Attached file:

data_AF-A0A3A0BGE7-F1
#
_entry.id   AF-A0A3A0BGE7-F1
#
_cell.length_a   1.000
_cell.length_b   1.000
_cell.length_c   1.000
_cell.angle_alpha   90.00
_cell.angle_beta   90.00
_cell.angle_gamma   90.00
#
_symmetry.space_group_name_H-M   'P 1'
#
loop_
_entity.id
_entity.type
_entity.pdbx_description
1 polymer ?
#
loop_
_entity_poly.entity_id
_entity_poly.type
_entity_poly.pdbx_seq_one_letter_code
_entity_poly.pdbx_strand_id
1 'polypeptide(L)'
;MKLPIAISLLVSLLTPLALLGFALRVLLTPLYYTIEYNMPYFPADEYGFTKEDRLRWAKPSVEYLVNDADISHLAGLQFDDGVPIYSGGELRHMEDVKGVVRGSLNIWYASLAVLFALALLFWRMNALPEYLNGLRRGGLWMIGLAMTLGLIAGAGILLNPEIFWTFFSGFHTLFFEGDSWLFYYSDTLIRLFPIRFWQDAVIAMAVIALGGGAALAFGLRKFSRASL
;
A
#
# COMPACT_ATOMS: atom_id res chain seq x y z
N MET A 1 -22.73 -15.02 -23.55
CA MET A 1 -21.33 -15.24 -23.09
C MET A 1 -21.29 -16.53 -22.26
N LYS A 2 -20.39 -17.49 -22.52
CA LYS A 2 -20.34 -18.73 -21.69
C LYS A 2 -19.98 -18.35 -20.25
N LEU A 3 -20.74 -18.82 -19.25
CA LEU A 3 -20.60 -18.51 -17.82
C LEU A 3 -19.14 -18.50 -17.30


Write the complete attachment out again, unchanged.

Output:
data_AF-A0A3A0BGE7-F1
#
_entry.id   AF-A0A3A0BGE7-F1
#
_cell.length_a   1.000
_cell.length_b   1.000
_cell.length_c   1.000
_cell.angle_alpha   90.00
_cell.angle_beta   90.00
_cell.angle_gamma   90.00
#
_symmetry.space_group_name_H-M   'P 1'
#
loop_
_entity.id
_entity.type
_entity.pdbx_description
1 polymer ?
#
loop_
_entity_poly.entity_id
_entity_poly.type
_entity_poly.pdbx_seq_one_letter_code
_entity_poly.pdbx_strand_id
1 'polypeptide(L)'
;MKLPIAISLLVSLLTPLALLGFALRVLLTPLYYTIEYNMPYFPADEYGFTKEDRLRWAKPSVEYLVNDADISHLAGLQFDDGVPIYSGGELRHMEDVKGVVRGSLNIWYASLAVLFALALLFWRMNALPEYLNGLRRGGLWMIGLAMTLGLIAGAGILLNPEIFWTFFSGFHTLFFEGDSWLFYYSDTLIRLFPIRFWQDAVIAMAVIALGGGAALAFGLRKFSRASL
;
A
#
# COMPACT_ATOMS: atom_id res chain seq x y z
N MET A 1 -22.73 -15.02 -23.55
CA MET A 1 -21.33 -15.24 -23.09
C MET A 1 -21.29 -16.53 -22.26
N LYS A 2 -20.39 -17.49 -22.52
CA LYS A 2 -20.34 -18.73 -21.69
C LYS A 2 -19.98 -18.35 -20.25
N LEU A 3 -20.74 -18.82 -19.25
CA LEU A 3 -20.60 -18.51 -17.82
C LEU A 3 -19.14 -18.50 -17.30